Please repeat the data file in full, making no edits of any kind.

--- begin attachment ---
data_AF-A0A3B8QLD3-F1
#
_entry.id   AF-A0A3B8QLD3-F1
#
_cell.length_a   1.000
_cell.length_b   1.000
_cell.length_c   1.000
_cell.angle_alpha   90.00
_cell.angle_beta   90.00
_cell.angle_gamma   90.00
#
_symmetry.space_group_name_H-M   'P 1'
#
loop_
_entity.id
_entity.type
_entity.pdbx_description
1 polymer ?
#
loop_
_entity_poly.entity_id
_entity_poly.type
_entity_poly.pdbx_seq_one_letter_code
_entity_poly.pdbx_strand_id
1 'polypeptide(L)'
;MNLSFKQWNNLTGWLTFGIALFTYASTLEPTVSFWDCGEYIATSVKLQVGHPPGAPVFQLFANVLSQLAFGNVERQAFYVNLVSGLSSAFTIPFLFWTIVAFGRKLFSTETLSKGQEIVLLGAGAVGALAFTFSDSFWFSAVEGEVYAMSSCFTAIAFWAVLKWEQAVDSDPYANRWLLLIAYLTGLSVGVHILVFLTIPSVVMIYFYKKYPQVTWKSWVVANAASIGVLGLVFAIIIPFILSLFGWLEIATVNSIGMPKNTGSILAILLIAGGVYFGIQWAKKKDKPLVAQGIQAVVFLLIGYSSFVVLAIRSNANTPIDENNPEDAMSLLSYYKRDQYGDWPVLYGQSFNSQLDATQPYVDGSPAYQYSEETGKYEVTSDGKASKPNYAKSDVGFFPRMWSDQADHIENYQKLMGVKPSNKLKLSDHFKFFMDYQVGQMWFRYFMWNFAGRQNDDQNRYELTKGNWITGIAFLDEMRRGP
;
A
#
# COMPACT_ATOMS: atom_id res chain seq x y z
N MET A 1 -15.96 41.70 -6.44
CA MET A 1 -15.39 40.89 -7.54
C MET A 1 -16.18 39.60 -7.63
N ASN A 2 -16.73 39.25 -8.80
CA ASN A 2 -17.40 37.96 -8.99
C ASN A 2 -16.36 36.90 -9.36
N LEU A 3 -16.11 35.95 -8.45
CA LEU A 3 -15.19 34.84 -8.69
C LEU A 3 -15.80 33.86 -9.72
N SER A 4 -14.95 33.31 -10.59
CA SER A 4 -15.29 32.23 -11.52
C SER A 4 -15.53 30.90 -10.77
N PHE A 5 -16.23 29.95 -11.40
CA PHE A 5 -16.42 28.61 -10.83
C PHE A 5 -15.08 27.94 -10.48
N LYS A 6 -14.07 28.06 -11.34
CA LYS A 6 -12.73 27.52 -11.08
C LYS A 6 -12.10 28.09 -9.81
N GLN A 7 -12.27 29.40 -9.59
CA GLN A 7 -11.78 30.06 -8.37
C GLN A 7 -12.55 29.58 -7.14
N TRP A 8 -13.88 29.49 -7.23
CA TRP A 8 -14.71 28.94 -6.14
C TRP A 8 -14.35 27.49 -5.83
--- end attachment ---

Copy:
data_AF-A0A3B8QLD3-F1
#
_entry.id   AF-A0A3B8QLD3-F1
#
_cell.length_a   1.000
_cell.length_b   1.000
_cell.length_c   1.000
_cell.angle_alpha   90.00
_cell.angle_beta   90.00
_cell.angle_gamma   90.00
#
_symmetry.space_group_name_H-M   'P 1'
#
loop_
_entity.id
_entity.type
_entity.pdbx_description
1 polymer ?
#
loop_
_entity_poly.entity_id
_entity_poly.type
_entity_poly.pdbx_seq_one_letter_code
_entity_poly.pdbx_strand_id
1 'polypeptide(L)'
;MNLSFKQWNNLTGWLTFGIALFTYASTLEPTVSFWDCGEYIATSVKLQVGHPPGAPVFQLFANVLSQLAFGNVERQAFYVNLVSGLSSAFTIPFLFWTIVAFGRKLFSTETLSKGQEIVLLGAGAVGALAFTFSDSFWFSAVEGEVYAMSSCFTAIAFWAVLKWEQAVDSDPYANRWLLLIAYLTGLSVGVHILVFLTIPSVVMIYFYKKYPQVTWKSWVVANAASIGVLGLVFAIIIPFILSLFGWLEIATVNSIGMPKNTGSILAILLIAGGVYFGIQWAKKKDKPLVAQGIQAVVFLLIGYSSFVVLAIRSNANTPIDENNPEDAMSLLSYYKRDQYGDWPVLYGQSFNSQLDATQPYVDGSPAYQYSEETGKYEVTSDGKASKPNYAKSDVGFFPRMWSDQADHIENYQKLMGVKPSNKLKLSDHFKFFMDYQVGQMWFRYFMWNFAGRQNDDQNRYELTKGNWITGIAFLDEMRRGP
;
A
#
# COMPACT_ATOMS: atom_id res chain seq x y z
N MET A 1 -15.96 41.70 -6.44
CA MET A 1 -15.39 40.89 -7.54
C MET A 1 -16.18 39.60 -7.63
N ASN A 2 -16.73 39.25 -8.80
CA ASN A 2 -17.40 37.96 -8.99
C ASN A 2 -16.36 36.90 -9.36
N LEU A 3 -16.11 35.95 -8.45
CA LEU A 3 -15.19 34.84 -8.69
C LEU A 3 -15.80 33.86 -9.72
N SER A 4 -14.95 33.31 -10.59
CA SER A 4 -15.29 32.23 -11.52
C SER A 4 -15.53 30.90 -10.77
N PHE A 5 -16.23 29.95 -11.40
CA PHE A 5 -16.42 28.61 -10.83
C PHE A 5 -15.08 27.94 -10.48
N LYS A 6 -14.07 28.06 -11.34
CA LYS A 6 -12.73 27.52 -11.08
C LYS A 6 -12.10 28.09 -9.81
N GLN A 7 -12.27 29.40 -9.59
CA GLN A 7 -11.78 30.06 -8.37
C GLN A 7 -12.55 29.58 -7.14
N TRP A 8 -13.88 29.49 -7.23
CA TRP A 8 -14.71 28.94 -6.14
C TRP A 8 -14.35 27.49 -5.83